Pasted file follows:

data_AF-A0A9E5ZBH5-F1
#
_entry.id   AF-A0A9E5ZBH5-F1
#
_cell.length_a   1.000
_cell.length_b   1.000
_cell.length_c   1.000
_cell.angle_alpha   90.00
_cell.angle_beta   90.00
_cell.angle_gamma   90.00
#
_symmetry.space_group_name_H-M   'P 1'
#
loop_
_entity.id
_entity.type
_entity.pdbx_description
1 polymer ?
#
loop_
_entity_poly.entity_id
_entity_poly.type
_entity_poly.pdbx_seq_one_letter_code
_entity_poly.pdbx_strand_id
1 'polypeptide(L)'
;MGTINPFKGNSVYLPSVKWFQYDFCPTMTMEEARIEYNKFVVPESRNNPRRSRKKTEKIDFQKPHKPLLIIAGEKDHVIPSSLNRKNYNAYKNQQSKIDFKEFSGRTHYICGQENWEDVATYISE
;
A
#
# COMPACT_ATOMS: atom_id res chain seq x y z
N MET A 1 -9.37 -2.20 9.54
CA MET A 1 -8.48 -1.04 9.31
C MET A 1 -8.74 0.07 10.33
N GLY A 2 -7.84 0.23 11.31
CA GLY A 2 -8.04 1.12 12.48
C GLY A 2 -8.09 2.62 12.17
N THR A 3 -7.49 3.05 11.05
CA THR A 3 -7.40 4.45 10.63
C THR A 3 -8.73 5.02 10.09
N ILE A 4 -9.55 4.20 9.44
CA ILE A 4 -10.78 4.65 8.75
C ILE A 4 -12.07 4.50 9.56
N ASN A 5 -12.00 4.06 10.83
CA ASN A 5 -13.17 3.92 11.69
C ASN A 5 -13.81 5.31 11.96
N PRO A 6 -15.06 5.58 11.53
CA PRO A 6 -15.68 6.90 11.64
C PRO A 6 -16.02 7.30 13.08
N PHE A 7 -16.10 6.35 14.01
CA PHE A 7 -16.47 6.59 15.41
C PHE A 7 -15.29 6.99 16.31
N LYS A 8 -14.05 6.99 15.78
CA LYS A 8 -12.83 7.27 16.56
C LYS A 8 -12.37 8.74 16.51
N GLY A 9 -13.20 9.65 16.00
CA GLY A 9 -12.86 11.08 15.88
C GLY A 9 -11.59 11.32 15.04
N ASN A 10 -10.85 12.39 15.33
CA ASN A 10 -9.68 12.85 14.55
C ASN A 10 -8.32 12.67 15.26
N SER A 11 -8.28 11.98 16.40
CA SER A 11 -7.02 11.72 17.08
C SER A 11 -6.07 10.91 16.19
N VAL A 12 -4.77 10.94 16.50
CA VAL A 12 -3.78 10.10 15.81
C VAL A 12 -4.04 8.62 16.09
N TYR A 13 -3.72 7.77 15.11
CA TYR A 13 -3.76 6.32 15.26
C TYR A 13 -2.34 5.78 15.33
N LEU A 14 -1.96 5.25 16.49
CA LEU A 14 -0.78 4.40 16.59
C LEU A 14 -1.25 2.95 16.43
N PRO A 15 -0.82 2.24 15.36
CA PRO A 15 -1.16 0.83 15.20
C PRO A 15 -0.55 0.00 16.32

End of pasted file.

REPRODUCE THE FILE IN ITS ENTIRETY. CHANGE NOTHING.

data_AF-A0A9E5ZBH5-F1
#
_entry.id   AF-A0A9E5ZBH5-F1
#
_cell.length_a   1.000
_cell.length_b   1.000
_cell.length_c   1.000
_cell.angle_alpha   90.00
_cell.angle_beta   90.00
_cell.angle_gamma   90.00
#
_symmetry.space_group_name_H-M   'P 1'
#
loop_
_entity.id
_entity.type
_entity.pdbx_description
1 polymer ?
#
loop_
_entity_poly.entity_id
_entity_poly.type
_entity_poly.pdbx_seq_one_letter_code
_entity_poly.pdbx_strand_id
1 'polypeptide(L)'
;MGTINPFKGNSVYLPSVKWFQYDFCPTMTMEEARIEYNKFVVPESRNNPRRSRKKTEKIDFQKPHKPLLIIAGEKDHVIPSSLNRKNYNAYKNQQSKIDFKEFSGRTHYICGQENWEDVATYISE
;
A
#
# COMPACT_ATOMS: atom_id res chain seq x y z
N MET A 1 -9.37 -2.20 9.54
CA MET A 1 -8.48 -1.04 9.31
C MET A 1 -8.74 0.07 10.33
N GLY A 2 -7.84 0.23 11.31
CA GLY A 2 -8.04 1.12 12.48
C GLY A 2 -8.09 2.62 12.17
N THR A 3 -7.49 3.05 11.05
CA THR A 3 -7.40 4.45 10.63
C THR A 3 -8.73 5.02 10.09
N ILE A 4 -9.55 4.20 9.44
CA ILE A 4 -10.78 4.65 8.75
C ILE A 4 -12.07 4.50 9.56
N ASN A 5 -12.00 4.06 10.83
CA ASN A 5 -13.17 3.92 11.69
C ASN A 5 -13.81 5.31 11.96
N PRO A 6 -15.06 5.58 11.53
CA PRO A 6 -15.68 6.90 11.64
C PRO A 6 -16.02 7.30 13.08
N PHE A 7 -16.10 6.35 14.01
CA PHE A 7 -16.47 6.59 15.41
C PHE A 7 -15.29 6.99 16.31
N LYS A 8 -14.05 6.99 15.78
CA LYS A 8 -12.83 7.27 16.56
C LYS A 8 -12.37 8.74 16.51
N GLY A 9 -13.20 9.65 16.00
CA GLY A 9 -12.86 11.08 15.88
C GLY A 9 -11.59 11.32 15.04
N ASN A 10 -10.85 12.39 15.33
CA ASN A 10 -9.68 12.85 14.55
C ASN A 10 -8.32 12.67 15.26
N SER A 11 -8.28 11.98 16.40
CA SER A 11 -7.02 11.72 17.08
C SER A 11 -6.07 10.91 16.19
N VAL A 12 -4.77 10.94 16.50
CA VAL A 12 -3.78 10.10 15.81
C VAL A 12 -4.04 8.62 16.09
N TYR A 13 -3.72 7.77 15.11
CA TYR A 13 -3.76 6.32 15.26
C TYR A 13 -2.34 5.78 15.33
N LEU A 14 -1.96 5.25 16.49
CA LEU A 14 -0.78 4.40 16.59
C LEU A 14 -1.25 2.95 16.43
N PRO A 15 -0.82 2.24 15.36
CA PRO A 15 -1.16 0.83 15.20
C PRO A 15 -0.55 0.00 16.32